The TNCO levels measured by the CI method are at least twice as high for all 100 brands as the levels stated by manufacturers, measured by the ISO method. For some cigarettes, the levels are more than 20 times higher. The biggest difference between the two measurement methods can be seen in cigarettes with relatively low TNCO levels in the ISO method. These low ISO TNCO levels are mainly caused by a high degree of filter ventilation. Because the CI method blocks the filter holes, the degree of filter ventilation does not affect the measurement results. As a result, the differences in TNCO levels between cigarette brands are smaller.
The current law stipulates that cigarette smoke may contain a maximum of 10 mg tar, 1 mg nicotine and 10 mg carbon monoxide, measured according to the ISO method. The ISO TNCO levels fall within those maximum levels and therefore comply with the law. The CI measured TNCO levels are (almost) all higher than this. This is shown in the graphs.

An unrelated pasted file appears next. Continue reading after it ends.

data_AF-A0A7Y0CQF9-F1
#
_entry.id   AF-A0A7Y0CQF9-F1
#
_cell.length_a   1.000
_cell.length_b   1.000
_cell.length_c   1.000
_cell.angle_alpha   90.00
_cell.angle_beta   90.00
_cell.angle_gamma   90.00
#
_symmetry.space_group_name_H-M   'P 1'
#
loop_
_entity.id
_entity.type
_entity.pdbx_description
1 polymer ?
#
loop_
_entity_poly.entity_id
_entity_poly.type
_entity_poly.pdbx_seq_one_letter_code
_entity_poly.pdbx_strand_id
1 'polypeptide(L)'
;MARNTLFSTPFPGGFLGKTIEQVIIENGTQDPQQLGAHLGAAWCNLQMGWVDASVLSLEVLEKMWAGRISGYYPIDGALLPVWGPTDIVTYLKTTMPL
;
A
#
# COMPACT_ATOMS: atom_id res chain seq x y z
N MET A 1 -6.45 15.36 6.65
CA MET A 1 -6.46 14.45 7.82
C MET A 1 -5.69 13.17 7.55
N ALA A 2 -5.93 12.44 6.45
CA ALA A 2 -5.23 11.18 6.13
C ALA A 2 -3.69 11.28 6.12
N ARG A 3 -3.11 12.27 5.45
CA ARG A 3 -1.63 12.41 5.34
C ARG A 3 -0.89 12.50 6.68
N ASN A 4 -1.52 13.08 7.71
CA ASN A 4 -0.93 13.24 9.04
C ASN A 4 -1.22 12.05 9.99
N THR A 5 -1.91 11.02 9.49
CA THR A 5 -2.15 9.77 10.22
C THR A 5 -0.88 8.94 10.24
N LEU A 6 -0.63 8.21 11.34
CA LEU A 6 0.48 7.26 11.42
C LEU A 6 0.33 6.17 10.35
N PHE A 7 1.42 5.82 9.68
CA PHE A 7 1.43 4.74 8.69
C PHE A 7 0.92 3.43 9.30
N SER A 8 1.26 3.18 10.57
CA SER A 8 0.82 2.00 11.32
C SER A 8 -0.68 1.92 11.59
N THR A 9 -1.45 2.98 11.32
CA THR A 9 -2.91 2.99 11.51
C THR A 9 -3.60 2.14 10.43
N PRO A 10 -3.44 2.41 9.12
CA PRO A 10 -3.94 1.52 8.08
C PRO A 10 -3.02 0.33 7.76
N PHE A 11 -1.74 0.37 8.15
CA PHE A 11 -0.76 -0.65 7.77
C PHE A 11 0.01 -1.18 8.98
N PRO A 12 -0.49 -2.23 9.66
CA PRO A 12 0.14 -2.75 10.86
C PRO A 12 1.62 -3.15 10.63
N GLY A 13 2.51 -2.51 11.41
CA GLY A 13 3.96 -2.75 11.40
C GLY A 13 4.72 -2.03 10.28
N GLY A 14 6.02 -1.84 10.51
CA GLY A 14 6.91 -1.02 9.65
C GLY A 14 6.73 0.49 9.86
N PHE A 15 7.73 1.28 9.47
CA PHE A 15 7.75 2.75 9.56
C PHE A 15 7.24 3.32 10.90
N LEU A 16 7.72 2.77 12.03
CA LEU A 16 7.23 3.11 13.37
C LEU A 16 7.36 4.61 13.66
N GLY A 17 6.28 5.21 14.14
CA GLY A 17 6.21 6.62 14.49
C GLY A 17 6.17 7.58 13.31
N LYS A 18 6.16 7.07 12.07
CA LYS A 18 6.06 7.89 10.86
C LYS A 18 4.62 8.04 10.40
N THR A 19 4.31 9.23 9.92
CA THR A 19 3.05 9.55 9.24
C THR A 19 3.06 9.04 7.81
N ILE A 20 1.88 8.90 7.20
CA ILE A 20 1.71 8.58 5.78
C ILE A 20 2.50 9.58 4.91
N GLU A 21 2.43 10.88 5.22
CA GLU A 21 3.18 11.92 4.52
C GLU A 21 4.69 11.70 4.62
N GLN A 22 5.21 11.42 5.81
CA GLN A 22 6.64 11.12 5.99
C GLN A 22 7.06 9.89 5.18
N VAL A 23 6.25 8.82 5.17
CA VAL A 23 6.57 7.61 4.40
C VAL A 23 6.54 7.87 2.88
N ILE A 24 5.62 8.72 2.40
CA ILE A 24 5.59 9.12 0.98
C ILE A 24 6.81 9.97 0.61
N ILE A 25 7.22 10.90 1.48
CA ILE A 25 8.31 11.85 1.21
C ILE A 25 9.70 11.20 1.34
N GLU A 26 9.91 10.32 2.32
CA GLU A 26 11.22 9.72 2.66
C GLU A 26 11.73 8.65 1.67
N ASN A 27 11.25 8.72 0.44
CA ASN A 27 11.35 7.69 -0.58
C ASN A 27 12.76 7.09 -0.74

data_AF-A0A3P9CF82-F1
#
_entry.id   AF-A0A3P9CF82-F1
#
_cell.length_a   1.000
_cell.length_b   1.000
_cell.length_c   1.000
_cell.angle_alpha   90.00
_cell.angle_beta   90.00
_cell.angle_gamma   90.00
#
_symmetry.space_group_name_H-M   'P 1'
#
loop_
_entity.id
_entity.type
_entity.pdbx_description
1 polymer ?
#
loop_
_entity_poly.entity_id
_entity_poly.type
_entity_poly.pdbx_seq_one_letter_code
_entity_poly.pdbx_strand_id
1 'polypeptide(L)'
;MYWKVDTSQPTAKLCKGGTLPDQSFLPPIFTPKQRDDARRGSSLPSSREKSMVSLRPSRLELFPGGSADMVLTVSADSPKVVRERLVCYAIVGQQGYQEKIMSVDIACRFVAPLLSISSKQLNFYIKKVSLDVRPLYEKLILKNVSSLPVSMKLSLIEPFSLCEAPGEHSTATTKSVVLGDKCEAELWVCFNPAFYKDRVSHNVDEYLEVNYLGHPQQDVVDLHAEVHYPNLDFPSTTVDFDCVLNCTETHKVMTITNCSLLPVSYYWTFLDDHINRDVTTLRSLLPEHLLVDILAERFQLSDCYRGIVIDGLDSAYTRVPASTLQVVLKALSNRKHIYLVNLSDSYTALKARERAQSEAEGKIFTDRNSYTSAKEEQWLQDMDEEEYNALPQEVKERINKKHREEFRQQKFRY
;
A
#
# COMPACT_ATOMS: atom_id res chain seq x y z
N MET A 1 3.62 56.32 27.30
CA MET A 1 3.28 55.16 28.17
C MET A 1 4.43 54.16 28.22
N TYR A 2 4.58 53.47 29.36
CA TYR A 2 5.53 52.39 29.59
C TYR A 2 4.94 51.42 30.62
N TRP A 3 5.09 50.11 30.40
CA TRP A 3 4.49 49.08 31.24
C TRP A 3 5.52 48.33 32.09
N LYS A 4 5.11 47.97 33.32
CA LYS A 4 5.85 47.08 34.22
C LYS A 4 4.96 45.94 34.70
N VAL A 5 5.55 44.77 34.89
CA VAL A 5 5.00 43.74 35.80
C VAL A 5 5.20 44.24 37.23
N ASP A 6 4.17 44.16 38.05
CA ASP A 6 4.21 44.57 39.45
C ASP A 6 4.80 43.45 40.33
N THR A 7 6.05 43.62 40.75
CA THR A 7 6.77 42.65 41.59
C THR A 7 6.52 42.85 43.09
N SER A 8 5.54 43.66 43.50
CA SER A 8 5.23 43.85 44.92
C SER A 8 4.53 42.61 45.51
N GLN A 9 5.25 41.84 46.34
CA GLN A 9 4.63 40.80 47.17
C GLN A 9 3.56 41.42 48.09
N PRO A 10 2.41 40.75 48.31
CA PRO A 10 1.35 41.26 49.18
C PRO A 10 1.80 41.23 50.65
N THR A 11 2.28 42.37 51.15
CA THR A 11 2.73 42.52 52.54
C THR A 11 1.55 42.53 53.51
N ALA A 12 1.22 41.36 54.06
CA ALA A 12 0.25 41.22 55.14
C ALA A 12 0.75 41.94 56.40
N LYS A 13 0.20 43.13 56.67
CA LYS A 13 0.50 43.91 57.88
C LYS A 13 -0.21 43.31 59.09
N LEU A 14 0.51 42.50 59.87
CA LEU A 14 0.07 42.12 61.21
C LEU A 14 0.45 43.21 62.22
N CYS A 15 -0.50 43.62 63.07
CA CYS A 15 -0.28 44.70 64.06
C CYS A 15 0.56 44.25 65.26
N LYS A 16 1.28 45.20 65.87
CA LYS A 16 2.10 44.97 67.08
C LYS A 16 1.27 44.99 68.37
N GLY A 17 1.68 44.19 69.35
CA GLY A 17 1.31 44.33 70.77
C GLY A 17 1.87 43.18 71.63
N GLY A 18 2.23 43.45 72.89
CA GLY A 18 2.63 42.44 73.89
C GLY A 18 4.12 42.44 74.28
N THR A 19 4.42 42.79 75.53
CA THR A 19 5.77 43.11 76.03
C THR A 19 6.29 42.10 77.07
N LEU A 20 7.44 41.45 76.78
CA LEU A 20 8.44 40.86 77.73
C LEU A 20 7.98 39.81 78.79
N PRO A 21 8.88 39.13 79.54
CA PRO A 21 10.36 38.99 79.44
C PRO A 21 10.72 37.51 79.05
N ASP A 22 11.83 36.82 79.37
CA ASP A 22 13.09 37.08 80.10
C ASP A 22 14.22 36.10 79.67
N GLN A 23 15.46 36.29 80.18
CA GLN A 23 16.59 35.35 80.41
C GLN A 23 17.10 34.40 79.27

Figure. Tar, nicotin and carbon monoxide levels as measured with the CI and the ISO method. Each bar shows the content of one brand; measured with CI in red and ISO in black. The horizontal line shows the legal maximum for the ISO method.
Results per brand
The TNCO levels of 100 cigarette brands that are available on the Dutch market are included in a table. The left three columns show the levels measured by RIVMNational Institute for Public Health and the Environment using the CI method. The three middle columns show the TNCO levels declared by manufacturers and measured by them using the legally required ISO method. The ratios in the right three columns show how much higher the CI method's TNCO levels are, compared to the ISO method. The columns for tar are shown in blue, those for nicotine are shown in green, and those for carbon monoxide in orange.